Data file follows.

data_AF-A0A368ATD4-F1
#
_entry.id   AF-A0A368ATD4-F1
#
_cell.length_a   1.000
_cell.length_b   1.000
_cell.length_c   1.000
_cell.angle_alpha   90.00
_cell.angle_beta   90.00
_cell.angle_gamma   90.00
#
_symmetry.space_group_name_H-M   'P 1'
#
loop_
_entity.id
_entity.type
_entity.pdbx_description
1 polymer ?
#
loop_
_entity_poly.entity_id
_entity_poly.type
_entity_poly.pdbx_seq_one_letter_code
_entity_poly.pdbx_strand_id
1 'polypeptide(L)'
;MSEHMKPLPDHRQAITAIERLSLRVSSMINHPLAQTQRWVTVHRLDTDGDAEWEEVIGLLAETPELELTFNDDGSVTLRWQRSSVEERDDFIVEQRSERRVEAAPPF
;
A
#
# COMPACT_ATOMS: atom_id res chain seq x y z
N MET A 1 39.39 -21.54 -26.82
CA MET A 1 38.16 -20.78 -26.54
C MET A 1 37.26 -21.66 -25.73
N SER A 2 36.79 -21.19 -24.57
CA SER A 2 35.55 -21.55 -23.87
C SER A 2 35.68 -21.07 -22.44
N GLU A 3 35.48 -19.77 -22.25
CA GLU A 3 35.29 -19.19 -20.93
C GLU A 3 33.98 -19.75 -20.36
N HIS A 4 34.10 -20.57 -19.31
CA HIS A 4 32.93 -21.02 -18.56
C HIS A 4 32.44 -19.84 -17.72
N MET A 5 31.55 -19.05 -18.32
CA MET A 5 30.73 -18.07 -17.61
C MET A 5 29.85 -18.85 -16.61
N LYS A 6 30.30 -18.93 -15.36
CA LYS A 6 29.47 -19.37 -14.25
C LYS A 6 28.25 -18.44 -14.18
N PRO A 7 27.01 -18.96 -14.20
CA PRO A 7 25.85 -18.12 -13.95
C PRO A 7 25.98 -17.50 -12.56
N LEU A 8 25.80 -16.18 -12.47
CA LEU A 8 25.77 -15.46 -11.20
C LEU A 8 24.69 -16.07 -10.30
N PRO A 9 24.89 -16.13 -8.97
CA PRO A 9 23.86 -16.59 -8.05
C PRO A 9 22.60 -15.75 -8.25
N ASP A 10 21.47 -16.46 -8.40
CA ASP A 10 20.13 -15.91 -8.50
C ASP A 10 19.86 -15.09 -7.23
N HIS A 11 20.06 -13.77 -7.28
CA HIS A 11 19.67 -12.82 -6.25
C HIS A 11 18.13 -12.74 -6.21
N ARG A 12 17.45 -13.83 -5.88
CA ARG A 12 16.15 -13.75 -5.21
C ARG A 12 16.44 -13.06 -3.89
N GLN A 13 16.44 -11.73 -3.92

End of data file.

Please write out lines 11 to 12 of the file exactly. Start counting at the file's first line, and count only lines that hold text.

#
_symmetry.space_group_name_H-M   'P 1'